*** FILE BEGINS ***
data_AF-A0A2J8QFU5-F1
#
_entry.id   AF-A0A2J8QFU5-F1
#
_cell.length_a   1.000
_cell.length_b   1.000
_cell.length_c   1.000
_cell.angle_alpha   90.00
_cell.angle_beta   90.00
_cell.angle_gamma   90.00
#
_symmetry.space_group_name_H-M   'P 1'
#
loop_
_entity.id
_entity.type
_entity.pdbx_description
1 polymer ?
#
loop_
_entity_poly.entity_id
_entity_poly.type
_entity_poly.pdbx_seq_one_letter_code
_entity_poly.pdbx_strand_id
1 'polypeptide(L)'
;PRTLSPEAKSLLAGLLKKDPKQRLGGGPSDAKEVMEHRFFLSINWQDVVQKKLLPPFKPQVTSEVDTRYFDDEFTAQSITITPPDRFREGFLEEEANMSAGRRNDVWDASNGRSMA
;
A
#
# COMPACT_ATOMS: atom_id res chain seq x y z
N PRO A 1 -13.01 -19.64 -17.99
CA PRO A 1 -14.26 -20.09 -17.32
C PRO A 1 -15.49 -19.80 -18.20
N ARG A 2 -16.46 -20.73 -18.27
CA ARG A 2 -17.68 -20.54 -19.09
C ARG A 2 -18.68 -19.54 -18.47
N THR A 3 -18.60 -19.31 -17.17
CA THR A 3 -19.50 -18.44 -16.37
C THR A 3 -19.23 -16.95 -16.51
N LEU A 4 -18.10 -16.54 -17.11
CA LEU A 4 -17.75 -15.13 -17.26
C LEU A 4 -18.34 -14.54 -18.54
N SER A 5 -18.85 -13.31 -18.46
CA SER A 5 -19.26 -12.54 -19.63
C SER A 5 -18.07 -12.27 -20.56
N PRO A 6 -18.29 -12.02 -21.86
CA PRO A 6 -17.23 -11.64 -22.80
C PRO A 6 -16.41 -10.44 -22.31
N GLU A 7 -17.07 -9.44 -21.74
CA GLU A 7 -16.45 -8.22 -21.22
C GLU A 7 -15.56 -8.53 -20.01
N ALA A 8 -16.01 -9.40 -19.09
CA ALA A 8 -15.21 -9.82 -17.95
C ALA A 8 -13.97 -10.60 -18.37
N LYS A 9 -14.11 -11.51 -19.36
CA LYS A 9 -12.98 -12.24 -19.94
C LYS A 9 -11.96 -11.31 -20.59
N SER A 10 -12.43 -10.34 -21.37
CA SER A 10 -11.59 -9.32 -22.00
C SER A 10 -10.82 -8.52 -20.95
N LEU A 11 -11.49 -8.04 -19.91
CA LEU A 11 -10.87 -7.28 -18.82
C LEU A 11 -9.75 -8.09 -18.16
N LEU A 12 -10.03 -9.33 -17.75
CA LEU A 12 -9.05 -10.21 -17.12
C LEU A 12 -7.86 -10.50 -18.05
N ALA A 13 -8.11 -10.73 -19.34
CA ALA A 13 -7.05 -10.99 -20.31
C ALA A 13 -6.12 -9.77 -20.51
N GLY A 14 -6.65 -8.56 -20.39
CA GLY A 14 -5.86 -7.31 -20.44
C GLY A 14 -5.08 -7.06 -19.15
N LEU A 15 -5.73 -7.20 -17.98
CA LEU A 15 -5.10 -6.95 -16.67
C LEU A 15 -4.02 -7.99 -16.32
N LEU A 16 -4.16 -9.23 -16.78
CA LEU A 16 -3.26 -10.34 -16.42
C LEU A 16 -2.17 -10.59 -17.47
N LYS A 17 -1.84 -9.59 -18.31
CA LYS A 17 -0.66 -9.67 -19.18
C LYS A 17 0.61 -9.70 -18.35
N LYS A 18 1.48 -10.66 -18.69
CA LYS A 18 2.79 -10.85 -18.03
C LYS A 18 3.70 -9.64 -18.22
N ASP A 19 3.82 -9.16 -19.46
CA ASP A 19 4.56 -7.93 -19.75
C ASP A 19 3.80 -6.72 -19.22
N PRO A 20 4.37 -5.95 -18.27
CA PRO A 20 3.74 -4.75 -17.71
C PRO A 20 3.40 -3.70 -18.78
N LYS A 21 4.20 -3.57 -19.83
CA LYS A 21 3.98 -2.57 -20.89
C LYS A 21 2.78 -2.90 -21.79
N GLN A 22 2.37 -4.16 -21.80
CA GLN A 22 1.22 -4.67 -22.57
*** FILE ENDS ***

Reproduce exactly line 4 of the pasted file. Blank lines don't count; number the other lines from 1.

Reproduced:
#